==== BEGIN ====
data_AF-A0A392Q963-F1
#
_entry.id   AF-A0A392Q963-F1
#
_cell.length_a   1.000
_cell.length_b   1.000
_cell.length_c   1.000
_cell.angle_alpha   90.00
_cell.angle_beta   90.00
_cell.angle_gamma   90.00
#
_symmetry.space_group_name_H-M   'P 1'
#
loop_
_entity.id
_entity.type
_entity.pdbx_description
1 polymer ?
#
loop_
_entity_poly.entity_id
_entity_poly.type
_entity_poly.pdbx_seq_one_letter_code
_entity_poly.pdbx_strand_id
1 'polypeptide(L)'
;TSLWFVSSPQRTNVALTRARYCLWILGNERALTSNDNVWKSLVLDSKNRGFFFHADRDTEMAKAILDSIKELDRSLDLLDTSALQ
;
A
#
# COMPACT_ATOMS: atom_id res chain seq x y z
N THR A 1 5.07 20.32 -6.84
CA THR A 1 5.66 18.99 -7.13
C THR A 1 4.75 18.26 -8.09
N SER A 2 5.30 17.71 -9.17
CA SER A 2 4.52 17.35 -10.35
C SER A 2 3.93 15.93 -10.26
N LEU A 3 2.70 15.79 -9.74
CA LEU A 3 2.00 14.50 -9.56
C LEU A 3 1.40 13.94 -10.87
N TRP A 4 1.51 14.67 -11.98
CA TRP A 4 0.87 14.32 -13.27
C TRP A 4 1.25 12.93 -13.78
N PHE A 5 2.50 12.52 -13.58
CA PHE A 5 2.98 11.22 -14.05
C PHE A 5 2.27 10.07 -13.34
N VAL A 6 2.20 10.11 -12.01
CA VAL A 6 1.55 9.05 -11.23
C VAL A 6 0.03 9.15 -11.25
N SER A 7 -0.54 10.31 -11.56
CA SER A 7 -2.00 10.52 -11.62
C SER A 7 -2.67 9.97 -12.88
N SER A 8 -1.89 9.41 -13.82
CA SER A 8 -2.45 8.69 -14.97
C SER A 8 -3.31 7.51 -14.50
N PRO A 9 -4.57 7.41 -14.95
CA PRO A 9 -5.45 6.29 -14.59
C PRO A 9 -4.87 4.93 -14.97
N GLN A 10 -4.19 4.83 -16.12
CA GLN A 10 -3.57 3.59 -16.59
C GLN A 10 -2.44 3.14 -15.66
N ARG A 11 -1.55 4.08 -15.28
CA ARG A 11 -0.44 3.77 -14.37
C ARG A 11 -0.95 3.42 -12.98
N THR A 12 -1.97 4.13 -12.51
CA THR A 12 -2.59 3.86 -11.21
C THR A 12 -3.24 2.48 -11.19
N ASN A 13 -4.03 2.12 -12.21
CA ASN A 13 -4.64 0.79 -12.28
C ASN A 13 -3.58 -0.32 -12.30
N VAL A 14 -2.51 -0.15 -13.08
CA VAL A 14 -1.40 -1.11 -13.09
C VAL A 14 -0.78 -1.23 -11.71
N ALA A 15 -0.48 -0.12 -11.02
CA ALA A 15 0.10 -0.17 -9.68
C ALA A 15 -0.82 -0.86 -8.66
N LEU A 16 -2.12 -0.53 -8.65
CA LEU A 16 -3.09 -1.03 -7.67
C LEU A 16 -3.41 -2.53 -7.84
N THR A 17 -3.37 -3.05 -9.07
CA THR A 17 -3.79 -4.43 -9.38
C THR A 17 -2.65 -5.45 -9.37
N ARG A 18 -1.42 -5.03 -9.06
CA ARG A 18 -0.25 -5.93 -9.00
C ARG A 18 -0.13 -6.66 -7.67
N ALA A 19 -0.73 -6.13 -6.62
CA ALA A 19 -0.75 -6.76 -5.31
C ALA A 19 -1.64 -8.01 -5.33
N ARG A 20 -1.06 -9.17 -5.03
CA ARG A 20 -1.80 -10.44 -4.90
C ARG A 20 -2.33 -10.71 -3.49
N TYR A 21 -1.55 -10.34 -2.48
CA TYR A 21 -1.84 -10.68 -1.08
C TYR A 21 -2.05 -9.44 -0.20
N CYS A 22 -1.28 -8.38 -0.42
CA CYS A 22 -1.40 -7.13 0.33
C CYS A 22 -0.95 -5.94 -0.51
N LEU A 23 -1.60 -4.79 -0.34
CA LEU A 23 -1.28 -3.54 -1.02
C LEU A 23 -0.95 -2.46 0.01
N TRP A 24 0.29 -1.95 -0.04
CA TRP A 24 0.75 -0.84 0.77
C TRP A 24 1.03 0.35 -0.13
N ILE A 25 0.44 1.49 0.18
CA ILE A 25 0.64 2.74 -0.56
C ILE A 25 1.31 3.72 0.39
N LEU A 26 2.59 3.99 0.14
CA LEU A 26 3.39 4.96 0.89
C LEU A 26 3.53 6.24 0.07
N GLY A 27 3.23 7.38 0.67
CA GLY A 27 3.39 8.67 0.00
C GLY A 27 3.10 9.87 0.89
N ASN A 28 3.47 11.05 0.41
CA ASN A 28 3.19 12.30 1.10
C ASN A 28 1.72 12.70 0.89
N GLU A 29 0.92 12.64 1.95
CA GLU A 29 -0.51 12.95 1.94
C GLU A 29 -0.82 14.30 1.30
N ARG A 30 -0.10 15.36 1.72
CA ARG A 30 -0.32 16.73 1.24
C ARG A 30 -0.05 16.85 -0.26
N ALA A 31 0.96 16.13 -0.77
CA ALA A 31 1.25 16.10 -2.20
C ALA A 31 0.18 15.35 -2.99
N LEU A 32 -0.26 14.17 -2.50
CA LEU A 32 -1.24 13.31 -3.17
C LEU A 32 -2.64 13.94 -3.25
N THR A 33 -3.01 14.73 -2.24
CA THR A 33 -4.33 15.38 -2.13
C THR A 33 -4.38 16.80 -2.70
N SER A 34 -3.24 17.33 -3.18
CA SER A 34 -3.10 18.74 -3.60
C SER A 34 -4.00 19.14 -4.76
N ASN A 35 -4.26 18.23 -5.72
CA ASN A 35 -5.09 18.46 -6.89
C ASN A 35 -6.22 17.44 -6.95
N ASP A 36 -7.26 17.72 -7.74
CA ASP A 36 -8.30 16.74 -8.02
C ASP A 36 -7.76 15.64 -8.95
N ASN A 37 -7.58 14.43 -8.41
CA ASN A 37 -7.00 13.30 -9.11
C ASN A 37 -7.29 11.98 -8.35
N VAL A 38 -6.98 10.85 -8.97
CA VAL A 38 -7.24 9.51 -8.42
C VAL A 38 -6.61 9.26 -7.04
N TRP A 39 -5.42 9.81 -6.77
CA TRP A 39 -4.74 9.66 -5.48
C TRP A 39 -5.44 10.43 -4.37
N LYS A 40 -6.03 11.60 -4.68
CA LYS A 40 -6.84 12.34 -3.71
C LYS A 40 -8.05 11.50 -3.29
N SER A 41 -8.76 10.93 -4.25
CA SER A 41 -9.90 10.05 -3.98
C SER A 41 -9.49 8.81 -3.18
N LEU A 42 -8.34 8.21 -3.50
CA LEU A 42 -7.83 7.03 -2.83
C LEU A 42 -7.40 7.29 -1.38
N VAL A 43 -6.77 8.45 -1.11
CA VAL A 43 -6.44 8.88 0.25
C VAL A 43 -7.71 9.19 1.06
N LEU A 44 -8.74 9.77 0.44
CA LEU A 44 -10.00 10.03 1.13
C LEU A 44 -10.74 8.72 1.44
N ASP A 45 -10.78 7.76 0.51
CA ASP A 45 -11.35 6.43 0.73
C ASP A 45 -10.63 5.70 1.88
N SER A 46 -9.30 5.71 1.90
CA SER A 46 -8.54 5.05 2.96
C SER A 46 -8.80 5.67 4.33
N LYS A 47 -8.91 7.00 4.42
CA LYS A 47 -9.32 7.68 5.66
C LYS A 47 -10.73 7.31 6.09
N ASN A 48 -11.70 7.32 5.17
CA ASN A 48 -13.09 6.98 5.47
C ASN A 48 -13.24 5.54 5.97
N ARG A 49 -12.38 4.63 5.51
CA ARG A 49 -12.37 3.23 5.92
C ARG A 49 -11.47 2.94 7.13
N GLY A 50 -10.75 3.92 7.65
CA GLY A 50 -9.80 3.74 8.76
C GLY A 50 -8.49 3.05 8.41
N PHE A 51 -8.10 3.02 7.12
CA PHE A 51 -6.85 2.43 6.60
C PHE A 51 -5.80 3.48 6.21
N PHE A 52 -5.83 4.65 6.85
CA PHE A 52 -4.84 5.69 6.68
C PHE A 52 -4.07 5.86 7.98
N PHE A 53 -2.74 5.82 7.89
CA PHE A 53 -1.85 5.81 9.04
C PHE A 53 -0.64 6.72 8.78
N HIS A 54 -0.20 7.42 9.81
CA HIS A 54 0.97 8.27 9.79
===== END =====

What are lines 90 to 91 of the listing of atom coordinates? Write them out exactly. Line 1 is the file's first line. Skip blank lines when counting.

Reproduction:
C ARG A 20 -2.33 -10.71 -3.49
N TYR A 21 -1.55 -10.34 -2.48